When we were in high school, we didn’t exactly follow the rules. And these plans ended up in our notes – the kind of notes that we passed in the hallways on lined notebook paper, as we passed from class to class, the ones perfected the origami skills of making a pocket to secure their contents or the triangle you could flick the note to another person during class.
Since we had open campus, we went home for lunch and on this Spring day, we went to Deann’s house. Our parents worked nights at the local factory, so we were always quiet, not to wake them up. But this day, Jo was not asleep. She was waiting for us at the kitchen table. She found ‘the notes’ where we planned our not-following-the-rules antics.
Did we ever get a LECTURE! And then she grounded us from each other. Yes, I got grounded by my neighbor mom. I was devastated. It was my senior year, Deann’s junior year, and I didn’t know life without Deann.
Deann had been the person at all my big celebrations. Deann was the one who went to the hospital and sat with me all night when my grandpa broke his neck, and we waited for the rest of the family returned from my sister’s wedding in Colorado. After a horrible choice for a prom date, she saved the day on my senior prom and we did prom together (Prom picture – 1989). Deann was my person, and now the only time I got to see or talk to her was passing in the school’s hallways. As a senior closing out my school career, I became even more lost without my best friend to talk through all this with (no cell pones in those days).
Then came graduation day, and my reception was at my Grandma’s house. In the door walked Jo! I’m sure my eyes popped out of my head. I scanned the room for my parents as I didn’t think they knew Jo had grounded me. She did not put her gift on the table, she walked straight towards me. Jo handed me the gift, and asked me to open it. The gift was a photo album. Jo told me to go fill it with memories, memories with Deann. Then, she told me Deann still had school on Monday so have her home by 11. I only remember 3 gifts that day, and the photo album is one of them, but Jo’s gift was much more than the album, it was forgiveness.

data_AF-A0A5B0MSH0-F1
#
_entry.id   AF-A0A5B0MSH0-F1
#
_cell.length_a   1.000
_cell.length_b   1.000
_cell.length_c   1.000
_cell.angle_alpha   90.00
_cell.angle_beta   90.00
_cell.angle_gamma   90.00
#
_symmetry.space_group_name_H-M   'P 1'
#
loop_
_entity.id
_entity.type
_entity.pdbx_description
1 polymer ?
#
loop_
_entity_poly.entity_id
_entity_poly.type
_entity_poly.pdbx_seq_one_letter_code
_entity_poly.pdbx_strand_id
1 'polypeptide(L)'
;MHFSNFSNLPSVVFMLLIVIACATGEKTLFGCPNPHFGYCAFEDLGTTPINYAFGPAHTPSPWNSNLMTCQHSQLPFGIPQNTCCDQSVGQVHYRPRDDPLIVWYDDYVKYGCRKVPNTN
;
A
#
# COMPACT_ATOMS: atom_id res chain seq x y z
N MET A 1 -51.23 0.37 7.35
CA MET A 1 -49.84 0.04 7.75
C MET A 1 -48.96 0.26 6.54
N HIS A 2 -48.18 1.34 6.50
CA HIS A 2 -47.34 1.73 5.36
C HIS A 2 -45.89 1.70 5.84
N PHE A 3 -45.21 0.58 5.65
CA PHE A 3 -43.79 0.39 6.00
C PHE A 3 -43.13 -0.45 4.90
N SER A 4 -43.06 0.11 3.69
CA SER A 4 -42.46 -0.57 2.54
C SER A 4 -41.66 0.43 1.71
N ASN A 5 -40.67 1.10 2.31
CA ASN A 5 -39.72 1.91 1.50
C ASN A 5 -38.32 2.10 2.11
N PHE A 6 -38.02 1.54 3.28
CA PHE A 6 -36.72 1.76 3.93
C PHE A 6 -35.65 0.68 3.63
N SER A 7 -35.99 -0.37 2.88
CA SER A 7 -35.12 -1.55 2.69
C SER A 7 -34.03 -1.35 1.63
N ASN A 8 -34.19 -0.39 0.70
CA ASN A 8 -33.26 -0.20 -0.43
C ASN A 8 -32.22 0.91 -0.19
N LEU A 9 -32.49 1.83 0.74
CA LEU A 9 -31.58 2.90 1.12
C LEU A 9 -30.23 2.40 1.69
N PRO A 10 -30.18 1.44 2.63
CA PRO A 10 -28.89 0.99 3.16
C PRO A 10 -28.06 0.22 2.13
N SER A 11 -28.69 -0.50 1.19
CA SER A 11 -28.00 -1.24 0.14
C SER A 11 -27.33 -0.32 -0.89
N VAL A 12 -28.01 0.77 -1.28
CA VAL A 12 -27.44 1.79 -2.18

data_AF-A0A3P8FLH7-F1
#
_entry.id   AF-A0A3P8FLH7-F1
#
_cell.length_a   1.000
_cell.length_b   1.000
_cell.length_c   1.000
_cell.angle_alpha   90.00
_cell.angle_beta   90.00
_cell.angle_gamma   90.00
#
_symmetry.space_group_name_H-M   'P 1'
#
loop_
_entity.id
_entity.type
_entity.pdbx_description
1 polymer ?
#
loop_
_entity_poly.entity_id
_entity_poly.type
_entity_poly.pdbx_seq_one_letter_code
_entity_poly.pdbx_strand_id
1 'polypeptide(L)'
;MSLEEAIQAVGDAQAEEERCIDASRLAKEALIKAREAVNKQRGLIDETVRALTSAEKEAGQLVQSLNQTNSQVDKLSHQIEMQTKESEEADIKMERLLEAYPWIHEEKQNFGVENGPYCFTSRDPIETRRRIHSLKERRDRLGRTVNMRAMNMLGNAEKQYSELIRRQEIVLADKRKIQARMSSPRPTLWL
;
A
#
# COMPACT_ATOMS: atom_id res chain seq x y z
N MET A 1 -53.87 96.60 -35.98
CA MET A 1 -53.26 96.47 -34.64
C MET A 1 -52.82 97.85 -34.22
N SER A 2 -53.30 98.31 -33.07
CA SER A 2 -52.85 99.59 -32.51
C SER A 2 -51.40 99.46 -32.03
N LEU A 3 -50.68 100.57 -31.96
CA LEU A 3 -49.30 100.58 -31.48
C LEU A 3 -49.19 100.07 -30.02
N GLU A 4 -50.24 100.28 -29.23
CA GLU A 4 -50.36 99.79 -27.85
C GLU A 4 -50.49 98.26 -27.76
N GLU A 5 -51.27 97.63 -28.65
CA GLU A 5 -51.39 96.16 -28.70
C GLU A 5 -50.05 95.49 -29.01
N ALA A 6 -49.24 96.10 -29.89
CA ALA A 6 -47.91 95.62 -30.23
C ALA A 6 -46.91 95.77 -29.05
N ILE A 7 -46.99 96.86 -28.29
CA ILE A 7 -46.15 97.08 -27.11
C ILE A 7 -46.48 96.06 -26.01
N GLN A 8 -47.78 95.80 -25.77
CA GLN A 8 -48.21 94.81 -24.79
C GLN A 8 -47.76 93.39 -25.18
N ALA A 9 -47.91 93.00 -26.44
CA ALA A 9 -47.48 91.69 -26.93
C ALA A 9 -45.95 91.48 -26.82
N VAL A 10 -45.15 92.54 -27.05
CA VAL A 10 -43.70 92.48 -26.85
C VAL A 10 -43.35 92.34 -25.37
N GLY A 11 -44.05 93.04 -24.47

I have no idea what party I was going to go to that night or what trouble I was going to get into, but it didn’t happen. Deann and I spent my graduation evening playing tennis. It was so awesome just to be with her again, and it was such a feeling of ‘awe’ to be forgiven by Jo.
A year later when Deann graduated from high school, Deann’s parents gave her a present – a plane ticket to come see me in New York, where I was a nanny.
I am so blessed to have a neighbor mom who forgave me, then continued to support me – at my wedding, at my baby shower, and even taking an interest in me as a young mother and wife encouraging me. We always made sure to take Katie trick-or-treating to Jo’s house.
Thank you Jo for it all, but most of all for forgiveness. Thank you Lord for all the days you authored my days with Jo in my life’s story. Until, we meet again Jo…may God hold you in the palm of His Hand.
Ash Wednesday – 40 Days of More Silent Focus
Each year, I sit in church hoping this Lent Season is THE ONE. The one where I learn how to truly balance life to be a healthier person with healthier relationships with healthier finances. It doesn’t take long and I am usually back to old habits of unbalance in one of these areas. As a passionate person, I am made to “give it my all” to whatever my focus is and usually that is some project at work, or completing a schooling, or when I quilt it is non-stop cutting and sewing until the quilt is done. Balance and passion usually are not complementary.